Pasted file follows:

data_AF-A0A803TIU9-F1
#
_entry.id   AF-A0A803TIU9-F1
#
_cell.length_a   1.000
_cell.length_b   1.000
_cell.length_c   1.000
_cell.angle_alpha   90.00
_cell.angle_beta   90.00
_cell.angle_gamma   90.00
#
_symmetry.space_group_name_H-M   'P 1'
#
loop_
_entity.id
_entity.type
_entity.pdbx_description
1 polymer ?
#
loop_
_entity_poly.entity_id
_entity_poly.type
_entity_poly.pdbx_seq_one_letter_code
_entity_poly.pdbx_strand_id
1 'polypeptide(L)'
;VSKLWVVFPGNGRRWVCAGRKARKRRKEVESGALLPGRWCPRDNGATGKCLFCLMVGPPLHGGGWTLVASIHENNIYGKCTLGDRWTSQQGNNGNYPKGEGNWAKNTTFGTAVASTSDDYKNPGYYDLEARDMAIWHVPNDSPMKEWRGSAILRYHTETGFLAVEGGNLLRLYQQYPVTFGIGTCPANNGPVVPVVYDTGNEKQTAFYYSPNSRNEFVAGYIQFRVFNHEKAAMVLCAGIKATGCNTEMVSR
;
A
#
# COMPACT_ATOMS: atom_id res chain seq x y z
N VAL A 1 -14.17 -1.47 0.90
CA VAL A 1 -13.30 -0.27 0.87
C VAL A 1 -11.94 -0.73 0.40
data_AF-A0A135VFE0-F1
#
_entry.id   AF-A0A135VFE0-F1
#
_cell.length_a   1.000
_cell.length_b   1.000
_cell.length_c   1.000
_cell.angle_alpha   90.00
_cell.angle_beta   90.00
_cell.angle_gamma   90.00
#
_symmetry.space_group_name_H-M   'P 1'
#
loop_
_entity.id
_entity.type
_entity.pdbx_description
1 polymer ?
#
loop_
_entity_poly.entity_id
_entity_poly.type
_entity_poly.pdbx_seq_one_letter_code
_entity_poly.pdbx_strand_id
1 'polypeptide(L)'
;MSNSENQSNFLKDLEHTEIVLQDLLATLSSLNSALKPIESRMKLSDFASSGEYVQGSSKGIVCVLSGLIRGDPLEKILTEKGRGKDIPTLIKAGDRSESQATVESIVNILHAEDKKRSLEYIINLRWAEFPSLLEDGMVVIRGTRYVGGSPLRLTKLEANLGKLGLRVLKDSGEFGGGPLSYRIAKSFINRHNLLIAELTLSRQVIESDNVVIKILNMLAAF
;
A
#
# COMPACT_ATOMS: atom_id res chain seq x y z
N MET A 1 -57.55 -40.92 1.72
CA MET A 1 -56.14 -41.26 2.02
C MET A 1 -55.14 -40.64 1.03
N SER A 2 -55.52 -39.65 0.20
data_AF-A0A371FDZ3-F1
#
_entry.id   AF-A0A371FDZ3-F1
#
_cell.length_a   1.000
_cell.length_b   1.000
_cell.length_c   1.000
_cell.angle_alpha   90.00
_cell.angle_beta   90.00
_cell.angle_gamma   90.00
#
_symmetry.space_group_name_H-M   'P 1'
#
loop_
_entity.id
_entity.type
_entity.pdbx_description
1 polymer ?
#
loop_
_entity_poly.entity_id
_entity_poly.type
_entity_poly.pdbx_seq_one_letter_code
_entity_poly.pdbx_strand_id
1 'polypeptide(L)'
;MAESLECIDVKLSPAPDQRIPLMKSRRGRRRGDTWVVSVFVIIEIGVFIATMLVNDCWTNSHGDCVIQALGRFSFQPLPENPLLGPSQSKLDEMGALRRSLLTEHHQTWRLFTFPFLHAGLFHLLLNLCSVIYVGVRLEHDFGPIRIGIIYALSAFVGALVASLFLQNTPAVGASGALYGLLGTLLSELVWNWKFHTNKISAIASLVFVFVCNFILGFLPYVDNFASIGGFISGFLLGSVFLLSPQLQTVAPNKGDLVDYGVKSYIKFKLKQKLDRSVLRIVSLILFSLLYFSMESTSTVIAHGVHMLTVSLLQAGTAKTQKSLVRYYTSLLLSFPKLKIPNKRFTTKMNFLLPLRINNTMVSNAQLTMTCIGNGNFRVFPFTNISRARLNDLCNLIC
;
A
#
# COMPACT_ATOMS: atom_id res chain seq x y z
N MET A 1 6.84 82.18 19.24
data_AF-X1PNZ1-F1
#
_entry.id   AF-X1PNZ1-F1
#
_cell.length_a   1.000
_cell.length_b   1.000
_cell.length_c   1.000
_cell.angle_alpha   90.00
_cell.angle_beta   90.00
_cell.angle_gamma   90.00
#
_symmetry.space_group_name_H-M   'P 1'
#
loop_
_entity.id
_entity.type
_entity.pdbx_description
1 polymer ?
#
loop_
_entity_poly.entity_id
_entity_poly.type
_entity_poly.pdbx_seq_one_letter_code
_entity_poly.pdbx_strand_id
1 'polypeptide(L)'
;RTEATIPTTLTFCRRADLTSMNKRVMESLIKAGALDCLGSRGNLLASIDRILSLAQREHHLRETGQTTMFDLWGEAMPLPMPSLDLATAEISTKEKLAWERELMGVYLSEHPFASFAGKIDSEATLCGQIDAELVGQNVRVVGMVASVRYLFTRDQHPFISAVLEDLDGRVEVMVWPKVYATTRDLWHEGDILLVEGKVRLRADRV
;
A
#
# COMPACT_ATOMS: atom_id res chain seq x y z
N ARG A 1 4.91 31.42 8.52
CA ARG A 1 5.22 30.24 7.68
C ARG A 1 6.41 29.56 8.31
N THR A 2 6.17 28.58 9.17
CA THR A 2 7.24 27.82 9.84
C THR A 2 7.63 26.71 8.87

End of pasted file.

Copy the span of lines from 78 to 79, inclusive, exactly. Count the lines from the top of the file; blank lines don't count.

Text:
#
_symmetry.space_group_name_H-M   'P 1'